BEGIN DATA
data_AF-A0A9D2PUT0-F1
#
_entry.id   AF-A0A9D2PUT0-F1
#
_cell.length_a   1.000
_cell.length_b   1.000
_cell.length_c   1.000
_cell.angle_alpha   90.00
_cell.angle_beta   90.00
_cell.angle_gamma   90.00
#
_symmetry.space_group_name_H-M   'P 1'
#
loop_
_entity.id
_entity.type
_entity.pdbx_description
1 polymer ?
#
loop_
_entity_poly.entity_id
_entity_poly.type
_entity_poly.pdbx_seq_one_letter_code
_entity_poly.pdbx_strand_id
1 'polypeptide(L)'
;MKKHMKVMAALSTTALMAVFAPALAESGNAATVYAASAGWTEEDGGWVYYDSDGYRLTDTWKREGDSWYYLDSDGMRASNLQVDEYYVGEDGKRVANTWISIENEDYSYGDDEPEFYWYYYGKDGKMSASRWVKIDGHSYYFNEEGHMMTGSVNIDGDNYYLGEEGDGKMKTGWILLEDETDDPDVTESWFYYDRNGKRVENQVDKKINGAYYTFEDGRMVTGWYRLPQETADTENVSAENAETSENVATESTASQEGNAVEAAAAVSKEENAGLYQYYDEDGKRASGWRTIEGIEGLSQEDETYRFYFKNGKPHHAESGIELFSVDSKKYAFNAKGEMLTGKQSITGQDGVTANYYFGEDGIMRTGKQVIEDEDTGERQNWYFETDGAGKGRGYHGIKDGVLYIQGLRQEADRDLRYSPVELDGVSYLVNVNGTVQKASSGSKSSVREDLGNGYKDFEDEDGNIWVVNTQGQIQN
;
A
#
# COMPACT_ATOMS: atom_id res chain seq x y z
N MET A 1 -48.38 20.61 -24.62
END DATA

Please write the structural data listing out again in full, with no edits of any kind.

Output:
data_AF-A0A9D2PUT0-F1
#
_entry.id   AF-A0A9D2PUT0-F1
#
_cell.length_a   1.000
_cell.length_b   1.000
_cell.length_c   1.000
_cell.angle_alpha   90.00
_cell.angle_beta   90.00
_cell.angle_gamma   90.00
#
_symmetry.space_group_name_H-M   'P 1'
#
loop_
_entity.id
_entity.type
_entity.pdbx_description
1 polymer ?
#
loop_
_entity_poly.entity_id
_entity_poly.type
_entity_poly.pdbx_seq_one_letter_code
_entity_poly.pdbx_strand_id
1 'polypeptide(L)'
;MKKHMKVMAALSTTALMAVFAPALAESGNAATVYAASAGWTEEDGGWVYYDSDGYRLTDTWKREGDSWYYLDSDGMRASNLQVDEYYVGEDGKRVANTWISIENEDYSYGDDEPEFYWYYYGKDGKMSASRWVKIDGHSYYFNEEGHMMTGSVNIDGDNYYLGEEGDGKMKTGWILLEDETDDPDVTESWFYYDRNGKRVENQVDKKINGAYYTFEDGRMVTGWYRLPQETADTENVSAENAETSENVATESTASQEGNAVEAAAAVSKEENAGLYQYYDEDGKRASGWRTIEGIEGLSQEDETYRFYFKNGKPHHAESGIELFSVDSKKYAFNAKGEMLTGKQSITGQDGVTANYYFGEDGIMRTGKQVIEDEDTGERQNWYFETDGAGKGRGYHGIKDGVLYIQGLRQEADRDLRYSPVELDGVSYLVNVNGTVQKASSGSKSSVREDLGNGYKDFEDEDGNIWVVNTQGQIQN
;
A
#
# COMPACT_ATOMS: atom_id res chain seq x y z
N MET A 1 -48.38 20.61 -24.62